The research group iSuppli says that the ecosystem surrounding femtocells, or cellular base stations that improve indoor wireless coverage, is headed toward critical mass among all major nodes of the wireless supply chain and will vault into explosive growth after reaching a decisive watershed this year.

According to iSuppli’s projections, unit shipments of femtocells will more than triple this year, rising to 1.9 million, up from 571,000 in 2009. A period of phenomenal expansion then will follow, with shipments reaching 7.2 million units in 2011, up 289 percent from 2010.

Shipments will rise by 232 percent to reach 23.9 million units in 2012 and by a whopping 657 percent to hit 39.6 million units in 2013.

“Throughout the wireless supply chain, companies are busy mobilizing to provide solutions for femtocells, which resemble Wi-Fi routers in appearance,” said Francis Sideco, principal analyst for wireless research at iSuppli.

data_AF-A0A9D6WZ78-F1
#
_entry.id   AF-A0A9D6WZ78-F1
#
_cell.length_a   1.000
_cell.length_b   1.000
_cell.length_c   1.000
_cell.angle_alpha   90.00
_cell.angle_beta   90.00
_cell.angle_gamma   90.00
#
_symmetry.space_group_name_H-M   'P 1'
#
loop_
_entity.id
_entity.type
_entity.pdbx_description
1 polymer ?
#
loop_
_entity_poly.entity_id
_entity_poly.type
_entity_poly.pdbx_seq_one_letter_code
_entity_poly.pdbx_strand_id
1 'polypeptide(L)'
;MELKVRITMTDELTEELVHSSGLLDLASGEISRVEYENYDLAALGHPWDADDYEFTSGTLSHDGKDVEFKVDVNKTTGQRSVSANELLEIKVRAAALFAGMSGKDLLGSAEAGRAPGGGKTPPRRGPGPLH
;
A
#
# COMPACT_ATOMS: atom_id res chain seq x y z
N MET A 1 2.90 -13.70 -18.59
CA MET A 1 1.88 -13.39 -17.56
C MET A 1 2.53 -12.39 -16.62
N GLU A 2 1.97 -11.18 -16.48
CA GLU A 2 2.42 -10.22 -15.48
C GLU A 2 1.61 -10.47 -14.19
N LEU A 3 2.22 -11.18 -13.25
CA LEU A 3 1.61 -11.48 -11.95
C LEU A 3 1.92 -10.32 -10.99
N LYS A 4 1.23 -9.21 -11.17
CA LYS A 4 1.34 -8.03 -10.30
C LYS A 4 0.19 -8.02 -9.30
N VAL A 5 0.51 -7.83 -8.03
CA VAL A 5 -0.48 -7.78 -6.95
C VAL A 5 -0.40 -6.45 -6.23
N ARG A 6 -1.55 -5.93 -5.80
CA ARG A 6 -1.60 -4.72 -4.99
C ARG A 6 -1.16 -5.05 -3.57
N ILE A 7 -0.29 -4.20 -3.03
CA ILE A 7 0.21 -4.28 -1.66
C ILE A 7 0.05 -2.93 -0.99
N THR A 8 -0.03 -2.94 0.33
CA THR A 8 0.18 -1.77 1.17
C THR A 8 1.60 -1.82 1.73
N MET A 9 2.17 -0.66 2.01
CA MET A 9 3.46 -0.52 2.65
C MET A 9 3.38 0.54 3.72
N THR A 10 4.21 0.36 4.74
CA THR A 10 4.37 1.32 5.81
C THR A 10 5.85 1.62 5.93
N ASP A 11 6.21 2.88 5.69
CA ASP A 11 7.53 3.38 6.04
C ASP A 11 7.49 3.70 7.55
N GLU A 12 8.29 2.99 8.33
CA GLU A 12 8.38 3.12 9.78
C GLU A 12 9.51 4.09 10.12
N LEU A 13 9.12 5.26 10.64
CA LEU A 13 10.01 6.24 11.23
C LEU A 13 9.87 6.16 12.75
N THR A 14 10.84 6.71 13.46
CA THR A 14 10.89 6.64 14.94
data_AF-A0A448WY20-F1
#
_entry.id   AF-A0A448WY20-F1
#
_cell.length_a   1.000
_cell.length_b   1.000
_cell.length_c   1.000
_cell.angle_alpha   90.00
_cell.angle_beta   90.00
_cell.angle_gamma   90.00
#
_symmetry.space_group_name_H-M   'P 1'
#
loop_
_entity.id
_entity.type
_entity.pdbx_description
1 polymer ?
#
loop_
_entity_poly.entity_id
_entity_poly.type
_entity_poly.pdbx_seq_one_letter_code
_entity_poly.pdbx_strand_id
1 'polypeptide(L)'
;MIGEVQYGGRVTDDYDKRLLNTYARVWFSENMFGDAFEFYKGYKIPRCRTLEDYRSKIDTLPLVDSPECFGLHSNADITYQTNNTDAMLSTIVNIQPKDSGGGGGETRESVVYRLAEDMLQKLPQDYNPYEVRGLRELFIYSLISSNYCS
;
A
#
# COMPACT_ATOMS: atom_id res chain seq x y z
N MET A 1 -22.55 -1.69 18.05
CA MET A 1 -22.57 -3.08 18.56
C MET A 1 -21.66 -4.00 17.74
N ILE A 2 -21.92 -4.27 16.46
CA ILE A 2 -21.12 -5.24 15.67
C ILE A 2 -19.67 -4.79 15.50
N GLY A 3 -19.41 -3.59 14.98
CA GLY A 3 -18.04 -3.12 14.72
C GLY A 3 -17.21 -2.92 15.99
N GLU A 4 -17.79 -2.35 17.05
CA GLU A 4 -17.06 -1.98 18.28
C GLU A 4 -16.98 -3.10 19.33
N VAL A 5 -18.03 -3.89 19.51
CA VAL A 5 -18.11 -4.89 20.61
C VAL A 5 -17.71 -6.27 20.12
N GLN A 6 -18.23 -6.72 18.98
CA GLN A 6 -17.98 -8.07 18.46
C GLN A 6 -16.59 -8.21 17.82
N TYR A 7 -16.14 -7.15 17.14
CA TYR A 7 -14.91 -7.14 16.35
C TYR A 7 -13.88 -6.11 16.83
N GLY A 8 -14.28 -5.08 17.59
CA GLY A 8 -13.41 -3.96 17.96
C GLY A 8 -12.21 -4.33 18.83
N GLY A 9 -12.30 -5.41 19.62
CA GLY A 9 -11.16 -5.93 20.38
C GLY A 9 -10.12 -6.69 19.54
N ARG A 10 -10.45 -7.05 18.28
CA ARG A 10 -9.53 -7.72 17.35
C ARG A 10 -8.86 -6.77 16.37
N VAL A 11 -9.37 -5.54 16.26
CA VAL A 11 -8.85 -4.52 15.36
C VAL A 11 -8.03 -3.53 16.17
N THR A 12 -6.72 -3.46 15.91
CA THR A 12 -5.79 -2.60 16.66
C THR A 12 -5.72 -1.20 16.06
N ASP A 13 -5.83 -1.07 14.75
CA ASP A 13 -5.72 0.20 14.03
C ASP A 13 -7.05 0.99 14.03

“Instead of enabling wireless local area networks, however, femtocell base stations improve 3G coverage inside buildings or homes—locations where wireless signals tend to be weak because of building materials blocking the signal or the site’s distance from a cell tower.”

Among participant nodes, Tier 1 entities in the United States and major global operators like Vodafone Group plc in the United Kingdom have launched femtocell solutions. Commercial deployments also are being launched by an increasing number of carriers around the world.

In addition to carriers, several device manufacturers are firming up their femtocell positions after recently announcing the selection of England-based company picoChip to supply the key baseband chipset components for their products.

Femtocells likewise are being evaluated by chipset suppliers such as Qualcomm and Texas Instruments, which are examining entry strategies for breaking into the market, as iSuppli reminds.

According to Sideco, given the inherent use cases and environmental requirements of indoor deployments, self-optimizing networks are essential to the success of femtocells.

“While technical and commercial challenges remain, femtocells are proving to be viable solutions for players in the wireless industry—especially mobile network operators—seeking to optimize their resources in providing seamless wireless coverage inside indoor environments,” says iSuppli.

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